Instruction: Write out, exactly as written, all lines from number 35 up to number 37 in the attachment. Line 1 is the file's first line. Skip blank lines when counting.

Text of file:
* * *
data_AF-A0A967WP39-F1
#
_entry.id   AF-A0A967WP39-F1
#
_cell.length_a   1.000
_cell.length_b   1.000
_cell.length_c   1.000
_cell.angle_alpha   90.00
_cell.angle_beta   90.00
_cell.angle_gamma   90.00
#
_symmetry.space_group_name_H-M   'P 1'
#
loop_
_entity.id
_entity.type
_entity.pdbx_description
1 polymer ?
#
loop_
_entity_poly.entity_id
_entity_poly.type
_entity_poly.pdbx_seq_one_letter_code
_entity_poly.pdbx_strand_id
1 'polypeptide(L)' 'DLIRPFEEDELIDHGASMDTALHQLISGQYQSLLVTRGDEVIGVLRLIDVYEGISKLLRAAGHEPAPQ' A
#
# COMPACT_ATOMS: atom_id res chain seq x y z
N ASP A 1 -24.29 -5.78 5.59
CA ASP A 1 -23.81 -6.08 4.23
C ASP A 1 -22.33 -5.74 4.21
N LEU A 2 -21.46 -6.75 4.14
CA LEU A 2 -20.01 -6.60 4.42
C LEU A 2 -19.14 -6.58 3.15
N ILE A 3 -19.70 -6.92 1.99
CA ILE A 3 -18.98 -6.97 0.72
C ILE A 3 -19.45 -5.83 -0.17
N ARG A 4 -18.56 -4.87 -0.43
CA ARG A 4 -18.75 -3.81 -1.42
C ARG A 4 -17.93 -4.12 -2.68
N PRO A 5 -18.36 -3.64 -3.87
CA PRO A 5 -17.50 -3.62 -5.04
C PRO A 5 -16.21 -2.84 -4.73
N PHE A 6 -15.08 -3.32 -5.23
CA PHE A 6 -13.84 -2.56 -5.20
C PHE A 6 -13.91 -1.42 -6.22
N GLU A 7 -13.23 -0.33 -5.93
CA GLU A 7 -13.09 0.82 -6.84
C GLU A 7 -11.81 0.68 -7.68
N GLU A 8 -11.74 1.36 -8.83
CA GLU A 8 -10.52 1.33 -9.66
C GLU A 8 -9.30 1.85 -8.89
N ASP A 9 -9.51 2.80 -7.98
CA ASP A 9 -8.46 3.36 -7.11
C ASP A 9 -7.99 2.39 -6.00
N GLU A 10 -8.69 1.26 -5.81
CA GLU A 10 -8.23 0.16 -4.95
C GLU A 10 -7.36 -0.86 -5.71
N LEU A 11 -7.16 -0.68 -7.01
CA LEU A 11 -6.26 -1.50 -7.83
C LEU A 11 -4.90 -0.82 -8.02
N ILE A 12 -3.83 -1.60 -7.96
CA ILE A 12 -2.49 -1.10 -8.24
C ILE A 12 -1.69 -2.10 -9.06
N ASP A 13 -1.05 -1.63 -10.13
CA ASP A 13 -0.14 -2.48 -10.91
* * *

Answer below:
CA ILE A 3 -18.98 -6.97 0.72
C ILE A 3 -19.45 -5.83 -0.17
N ARG A 4 -18.56 -4.87 -0.43